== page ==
ROCHESTER, Mich. (WXYZ) — It will now take a total of three weeks to fix the water main break that was first discovered on August 13th. The Great Lakes Water Authority says inspection revealed the damage to the pipe was greater than anticipated.
The 120-inch water transmission main distributes finished drinking water from its Lake Huron Water Treatment Facility. With a 10-foot diameter, it’s the largest pipe in the GLWA system. The high-pressure pipe, which can withstand over 200 psi is made from multi-layers of concrete and steel.
"So to make sure we have all that we need, we have asked for another 40 feet of replacement pipe," said Suzanne Coffey, Chief Executive Officer, GLWA.
One of the replacement pipes has arrived from Texas. While the second is currently being manufactured.
"The new pipe is expected to be delivered on Tuesday, a week from today, August 23rd," said Coffey.
GLWA’s Chief Operating Officer, Cheryl Porter says once the pipe is replaced, it will be pressure tested followed by water quality testing.
"There are 2 rounds of testing, each round takes 24 hours, and those results have to be negative for chloroform or bacteria," said Porter.
In the meantime, investigation will continue to find the reason behind the pipe's failure and how to prevent such an incident from happening again.
While water pressure for sanitary purposes has been restored to the impacted communities, Boil Water Advisory will remain in effect until September 3rd.
Meantime, Rochester Fire Department has been handing out bottled water to residents between 11 am to 4 pm, But in some communities, bottled water is in short supply, and the focus is now turning to those in need.
"The biggest inconvenience is cooking and having to boil water for that and washing my vegetables," said Vahrlita Robinson, a Rochester resident.
Rochester resident, Vahrlita Robinson continues to follow the boil water advisory that’s currently in effect for 7 communities across southeast Michigan. Another Rochester resident, William Spezia, has been coming to the fire station to make sure there is enough water for him and his dog.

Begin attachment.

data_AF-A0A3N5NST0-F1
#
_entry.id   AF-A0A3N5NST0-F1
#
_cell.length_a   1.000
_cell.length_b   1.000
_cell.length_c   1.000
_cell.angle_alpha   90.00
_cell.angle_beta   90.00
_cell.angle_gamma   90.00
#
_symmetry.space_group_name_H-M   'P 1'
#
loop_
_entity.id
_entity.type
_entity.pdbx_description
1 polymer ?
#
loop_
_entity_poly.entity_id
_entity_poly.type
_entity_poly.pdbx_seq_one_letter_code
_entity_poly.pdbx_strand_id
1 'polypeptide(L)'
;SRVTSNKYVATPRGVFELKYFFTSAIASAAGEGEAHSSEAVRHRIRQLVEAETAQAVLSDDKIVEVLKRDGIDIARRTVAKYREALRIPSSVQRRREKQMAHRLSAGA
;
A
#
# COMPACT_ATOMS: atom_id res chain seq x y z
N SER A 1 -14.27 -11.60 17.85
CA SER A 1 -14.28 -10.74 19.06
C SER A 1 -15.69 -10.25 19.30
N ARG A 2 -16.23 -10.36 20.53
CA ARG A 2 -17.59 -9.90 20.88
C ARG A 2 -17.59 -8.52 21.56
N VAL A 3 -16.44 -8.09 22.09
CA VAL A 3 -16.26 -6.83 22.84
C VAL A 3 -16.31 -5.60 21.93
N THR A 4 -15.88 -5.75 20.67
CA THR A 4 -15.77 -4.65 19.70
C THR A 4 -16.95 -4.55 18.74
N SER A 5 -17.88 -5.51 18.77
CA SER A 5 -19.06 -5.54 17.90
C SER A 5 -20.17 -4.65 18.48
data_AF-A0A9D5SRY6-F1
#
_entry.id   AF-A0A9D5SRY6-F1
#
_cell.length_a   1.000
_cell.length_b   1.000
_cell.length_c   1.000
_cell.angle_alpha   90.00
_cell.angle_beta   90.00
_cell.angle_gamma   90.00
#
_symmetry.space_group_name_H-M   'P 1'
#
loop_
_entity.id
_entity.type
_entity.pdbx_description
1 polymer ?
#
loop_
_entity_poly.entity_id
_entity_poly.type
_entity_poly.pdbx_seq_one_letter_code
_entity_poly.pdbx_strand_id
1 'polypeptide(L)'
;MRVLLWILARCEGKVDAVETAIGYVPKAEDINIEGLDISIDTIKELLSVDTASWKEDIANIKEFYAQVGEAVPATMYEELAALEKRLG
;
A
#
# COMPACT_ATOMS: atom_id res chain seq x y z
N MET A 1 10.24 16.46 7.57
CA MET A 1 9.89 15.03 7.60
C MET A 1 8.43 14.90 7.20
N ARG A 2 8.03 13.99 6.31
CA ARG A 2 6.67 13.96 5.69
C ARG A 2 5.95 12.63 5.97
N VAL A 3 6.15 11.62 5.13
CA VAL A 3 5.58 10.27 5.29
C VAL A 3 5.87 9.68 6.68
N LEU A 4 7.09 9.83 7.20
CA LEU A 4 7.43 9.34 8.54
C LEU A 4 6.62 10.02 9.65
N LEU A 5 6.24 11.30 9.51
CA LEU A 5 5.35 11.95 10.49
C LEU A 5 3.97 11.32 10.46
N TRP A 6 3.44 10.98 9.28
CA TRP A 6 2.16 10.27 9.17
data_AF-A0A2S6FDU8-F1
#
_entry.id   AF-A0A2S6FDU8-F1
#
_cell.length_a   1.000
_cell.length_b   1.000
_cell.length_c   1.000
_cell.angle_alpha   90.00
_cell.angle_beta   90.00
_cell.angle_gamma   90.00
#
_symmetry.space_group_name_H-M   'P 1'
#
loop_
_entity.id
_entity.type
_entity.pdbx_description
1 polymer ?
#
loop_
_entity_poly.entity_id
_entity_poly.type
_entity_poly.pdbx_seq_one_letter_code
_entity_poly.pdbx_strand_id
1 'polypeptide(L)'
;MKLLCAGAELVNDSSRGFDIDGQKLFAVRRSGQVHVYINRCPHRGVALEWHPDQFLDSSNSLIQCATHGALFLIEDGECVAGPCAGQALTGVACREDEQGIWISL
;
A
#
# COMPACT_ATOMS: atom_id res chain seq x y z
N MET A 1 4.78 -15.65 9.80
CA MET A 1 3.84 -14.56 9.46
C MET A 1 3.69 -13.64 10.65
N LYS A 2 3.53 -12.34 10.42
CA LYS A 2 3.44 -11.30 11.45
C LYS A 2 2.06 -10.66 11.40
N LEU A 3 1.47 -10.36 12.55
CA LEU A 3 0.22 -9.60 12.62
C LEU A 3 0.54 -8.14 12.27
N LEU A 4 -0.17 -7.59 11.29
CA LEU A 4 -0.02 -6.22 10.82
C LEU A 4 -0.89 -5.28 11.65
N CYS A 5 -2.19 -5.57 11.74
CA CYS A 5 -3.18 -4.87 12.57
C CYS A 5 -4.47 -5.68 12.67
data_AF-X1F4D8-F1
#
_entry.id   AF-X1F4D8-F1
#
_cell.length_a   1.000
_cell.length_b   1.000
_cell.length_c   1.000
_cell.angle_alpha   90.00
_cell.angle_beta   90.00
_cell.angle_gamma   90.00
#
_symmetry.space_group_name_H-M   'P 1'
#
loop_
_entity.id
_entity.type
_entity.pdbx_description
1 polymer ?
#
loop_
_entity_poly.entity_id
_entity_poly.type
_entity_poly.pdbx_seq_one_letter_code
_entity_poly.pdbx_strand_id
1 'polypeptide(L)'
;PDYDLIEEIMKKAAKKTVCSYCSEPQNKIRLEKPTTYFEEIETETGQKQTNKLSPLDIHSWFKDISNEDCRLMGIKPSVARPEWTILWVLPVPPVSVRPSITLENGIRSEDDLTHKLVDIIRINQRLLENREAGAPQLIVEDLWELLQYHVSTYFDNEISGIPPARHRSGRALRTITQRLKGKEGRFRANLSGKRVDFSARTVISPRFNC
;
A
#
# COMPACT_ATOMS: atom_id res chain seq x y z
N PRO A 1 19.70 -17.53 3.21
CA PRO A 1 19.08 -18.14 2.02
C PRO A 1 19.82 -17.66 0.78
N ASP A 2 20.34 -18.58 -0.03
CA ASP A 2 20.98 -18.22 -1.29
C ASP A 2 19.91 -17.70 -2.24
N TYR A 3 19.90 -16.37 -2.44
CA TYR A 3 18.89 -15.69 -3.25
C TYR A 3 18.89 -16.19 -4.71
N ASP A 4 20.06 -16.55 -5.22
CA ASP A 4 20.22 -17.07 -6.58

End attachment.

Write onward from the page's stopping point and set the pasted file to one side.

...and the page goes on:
"I got a friend of mine that’s got me 4 cases from Port Huron that she is hanging on to for me," said William Spezia, a Rochester resident.
Neighbors are also coming together to help each other out. This is the 2nd day Joseph Lorenzi drove his neighbors to collect bottled water.
"It feels good, and they’re helping me too when I need help. Its just a great community and happy to have neighbors like that," said Joseph Lorenzi, a Rochester resident.
The Rochester Fire Department has initiated a service to help the homebound. Captain Gary Pardom spent the day dropping off water to senior citizens.
"They seem to appreciate that someone is caring for them, thinking about them, it's nice to know that you are helping them out a little bit," said Captain Gary Pardom, Rochester Fire Department.
A multiple sclerosis patient, Julia Corcoren was relieved to see this Facebook post by Rochester Police about the home delivery option.
Without the service, Julia would have to rely on family and friends to get her bottled water.
"Calling the fire department and with a reasonable response time, I called and scheduled a delivery within the hour of the call," said Julia Corcoren, a Rochester resident.
The next community over, Shelby Township also has a water distribution service for seniors enrolled in the Meals on Wheels program and SMART transportation services.
Meanwhile, for folks who can drive, Shelby Township has three distribution centers set up that are open from 2 pm. But because supply is limited, it’s urged that residents who cannot sanitize their water take advantage of the program.
For further assistance, seniors and people with disabilities living in Shelby Township can contact the Shelby Township Senior Center and homebound folks living in Rochester can call the Fire Department.